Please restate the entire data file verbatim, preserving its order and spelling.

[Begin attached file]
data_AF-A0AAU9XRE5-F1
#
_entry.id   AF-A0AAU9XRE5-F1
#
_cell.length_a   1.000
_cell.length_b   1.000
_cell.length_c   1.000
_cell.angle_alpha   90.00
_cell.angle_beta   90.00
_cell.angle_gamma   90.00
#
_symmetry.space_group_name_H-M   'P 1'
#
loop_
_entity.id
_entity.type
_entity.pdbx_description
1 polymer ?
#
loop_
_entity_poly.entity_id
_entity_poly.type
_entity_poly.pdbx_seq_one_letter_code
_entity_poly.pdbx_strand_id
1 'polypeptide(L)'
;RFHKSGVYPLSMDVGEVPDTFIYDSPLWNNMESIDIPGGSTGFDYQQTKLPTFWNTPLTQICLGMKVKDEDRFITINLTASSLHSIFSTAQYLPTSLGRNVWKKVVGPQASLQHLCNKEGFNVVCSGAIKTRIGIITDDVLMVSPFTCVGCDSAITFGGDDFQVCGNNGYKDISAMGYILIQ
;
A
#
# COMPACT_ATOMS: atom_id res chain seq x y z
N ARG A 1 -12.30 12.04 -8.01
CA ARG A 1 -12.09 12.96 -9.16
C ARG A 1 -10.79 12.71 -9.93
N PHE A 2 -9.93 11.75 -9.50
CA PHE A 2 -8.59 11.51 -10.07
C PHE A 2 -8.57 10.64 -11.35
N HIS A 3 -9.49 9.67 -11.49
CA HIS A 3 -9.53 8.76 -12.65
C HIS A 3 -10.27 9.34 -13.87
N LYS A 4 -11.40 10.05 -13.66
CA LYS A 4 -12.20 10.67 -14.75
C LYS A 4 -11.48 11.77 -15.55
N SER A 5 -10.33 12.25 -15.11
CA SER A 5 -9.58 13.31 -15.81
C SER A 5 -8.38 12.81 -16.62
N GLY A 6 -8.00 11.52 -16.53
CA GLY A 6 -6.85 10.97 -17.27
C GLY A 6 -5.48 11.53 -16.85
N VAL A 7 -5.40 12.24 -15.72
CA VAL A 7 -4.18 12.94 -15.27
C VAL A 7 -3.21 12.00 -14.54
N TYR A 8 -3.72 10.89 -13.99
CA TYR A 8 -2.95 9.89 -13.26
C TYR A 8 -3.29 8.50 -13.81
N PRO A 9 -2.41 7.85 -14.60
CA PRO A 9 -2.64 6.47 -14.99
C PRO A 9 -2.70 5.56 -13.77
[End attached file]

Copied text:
data_AF-A0AAU9XRE5-F1
#
_entry.id   AF-A0AAU9XRE5-F1
#
_cell.length_a   1.000
_cell.length_b   1.000
_cell.length_c   1.000
_cell.angle_alpha   90.00
_cell.angle_beta   90.00
_cell.angle_gamma   90.00
#
_symmetry.space_group_name_H-M   'P 1'
#
loop_
_entity.id
_entity.type
_entity.pdbx_description
1 polymer ?
#
loop_
_entity_poly.entity_id
_entity_poly.type
_entity_poly.pdbx_seq_one_letter_code
_entity_poly.pdbx_strand_id
1 'polypeptide(L)'
;RFHKSGVYPLSMDVGEVPDTFIYDSPLWNNMESIDIPGGSTGFDYQQTKLPTFWNTPLTQICLGMKVKDEDRFITINLTASSLHSIFSTAQYLPTSLGRNVWKKVVGPQASLQHLCNKEGFNVVCSGAIKTRIGIITDDVLMVSPFTCVGCDSAITFGGDDFQVCGNNGYKDISAMGYILIQ
;
A
#
# COMPACT_ATOMS: atom_id res chain seq x y z
N ARG A 1 -12.30 12.04 -8.01
CA ARG A 1 -12.09 12.96 -9.16
C ARG A 1 -10.79 12.71 -9.93
N PHE A 2 -9.93 11.75 -9.50
CA PHE A 2 -8.59 11.51 -10.07
C PHE A 2 -8.57 10.64 -11.35
N HIS A 3 -9.49 9.67 -11.49
CA HIS A 3 -9.53 8.76 -12.65
C HIS A 3 -10.27 9.34 -13.87
N LYS A 4 -11.40 10.05 -13.66
CA LYS A 4 -12.20 10.67 -14.75
C LYS A 4 -11.48 11.77 -15.55
N SER A 5 -10.33 12.25 -15.11
CA SER A 5 -9.58 13.31 -15.81
C SER A 5 -8.38 12.81 -16.62
N GLY A 6 -8.00 11.52 -16.53
CA GLY A 6 -6.85 10.97 -17.27
C GLY A 6 -5.48 11.53 -16.85
N VAL A 7 -5.40 12.24 -15.72
CA VAL A 7 -4.18 12.94 -15.27
C VAL A 7 -3.21 12.00 -14.54
N TYR A 8 -3.72 10.89 -13.99
CA TYR A 8 -2.95 9.89 -13.26
C TYR A 8 -3.29 8.50 -13.81
N PRO A 9 -2.41 7.85 -14.60
CA PRO A 9 -2.64 6.47 -14.99
C PRO A 9 -2.70 5.56 -13.77